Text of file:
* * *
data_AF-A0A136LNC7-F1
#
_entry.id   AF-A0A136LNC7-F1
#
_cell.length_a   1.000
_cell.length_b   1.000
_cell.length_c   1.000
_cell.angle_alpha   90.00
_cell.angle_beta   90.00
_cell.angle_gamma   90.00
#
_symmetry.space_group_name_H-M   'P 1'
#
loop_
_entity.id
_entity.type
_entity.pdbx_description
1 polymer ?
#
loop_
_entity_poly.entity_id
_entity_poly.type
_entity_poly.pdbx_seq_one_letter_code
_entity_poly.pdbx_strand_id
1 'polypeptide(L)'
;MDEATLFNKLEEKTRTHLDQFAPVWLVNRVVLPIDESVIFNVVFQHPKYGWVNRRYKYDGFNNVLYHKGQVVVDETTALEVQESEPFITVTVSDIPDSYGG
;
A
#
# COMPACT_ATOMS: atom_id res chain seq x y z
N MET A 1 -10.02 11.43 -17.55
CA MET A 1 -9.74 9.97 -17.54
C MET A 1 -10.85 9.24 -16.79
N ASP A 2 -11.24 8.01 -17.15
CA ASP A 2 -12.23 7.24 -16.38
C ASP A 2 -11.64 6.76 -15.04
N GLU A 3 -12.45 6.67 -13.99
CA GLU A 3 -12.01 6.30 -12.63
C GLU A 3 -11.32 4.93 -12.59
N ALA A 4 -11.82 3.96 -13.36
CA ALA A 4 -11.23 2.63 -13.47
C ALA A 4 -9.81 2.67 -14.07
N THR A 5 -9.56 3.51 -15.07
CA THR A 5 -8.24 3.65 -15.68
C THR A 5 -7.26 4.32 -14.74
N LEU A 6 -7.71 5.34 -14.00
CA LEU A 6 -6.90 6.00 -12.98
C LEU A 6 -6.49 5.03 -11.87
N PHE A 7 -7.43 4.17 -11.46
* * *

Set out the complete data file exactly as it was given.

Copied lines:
data_AF-A0A136LNC7-F1
#
_entry.id   AF-A0A136LNC7-F1
#
_cell.length_a   1.000
_cell.length_b   1.000
_cell.length_c   1.000
_cell.angle_alpha   90.00
_cell.angle_beta   90.00
_cell.angle_gamma   90.00
#
_symmetry.space_group_name_H-M   'P 1'
#
loop_
_entity.id
_entity.type
_entity.pdbx_description
1 polymer ?
#
loop_
_entity_poly.entity_id
_entity_poly.type
_entity_poly.pdbx_seq_one_letter_code
_entity_poly.pdbx_strand_id
1 'polypeptide(L)'
;MDEATLFNKLEEKTRTHLDQFAPVWLVNRVVLPIDESVIFNVVFQHPKYGWVNRRYKYDGFNNVLYHKGQVVVDETTALEVQESEPFITVTVSDIPDSYGG
;
A
#
# COMPACT_ATOMS: atom_id res chain seq x y z
N MET A 1 -10.02 11.43 -17.55
CA MET A 1 -9.74 9.97 -17.54
C MET A 1 -10.85 9.24 -16.79
N ASP A 2 -11.24 8.01 -17.15
CA ASP A 2 -12.23 7.24 -16.38
C ASP A 2 -11.64 6.76 -15.04
N GLU A 3 -12.45 6.67 -13.99
CA GLU A 3 -12.01 6.30 -12.63
C GLU A 3 -11.32 4.93 -12.59
N ALA A 4 -11.82 3.96 -13.36
CA ALA A 4 -11.23 2.63 -13.47
C ALA A 4 -9.81 2.67 -14.07
N THR A 5 -9.56 3.51 -15.07
CA THR A 5 -8.24 3.65 -15.68
C THR A 5 -7.26 4.32 -14.74
N LEU A 6 -7.71 5.34 -14.00
CA LEU A 6 -6.90 6.00 -12.98
C LEU A 6 -6.49 5.03 -11.87
N PHE A 7 -7.43 4.17 -11.46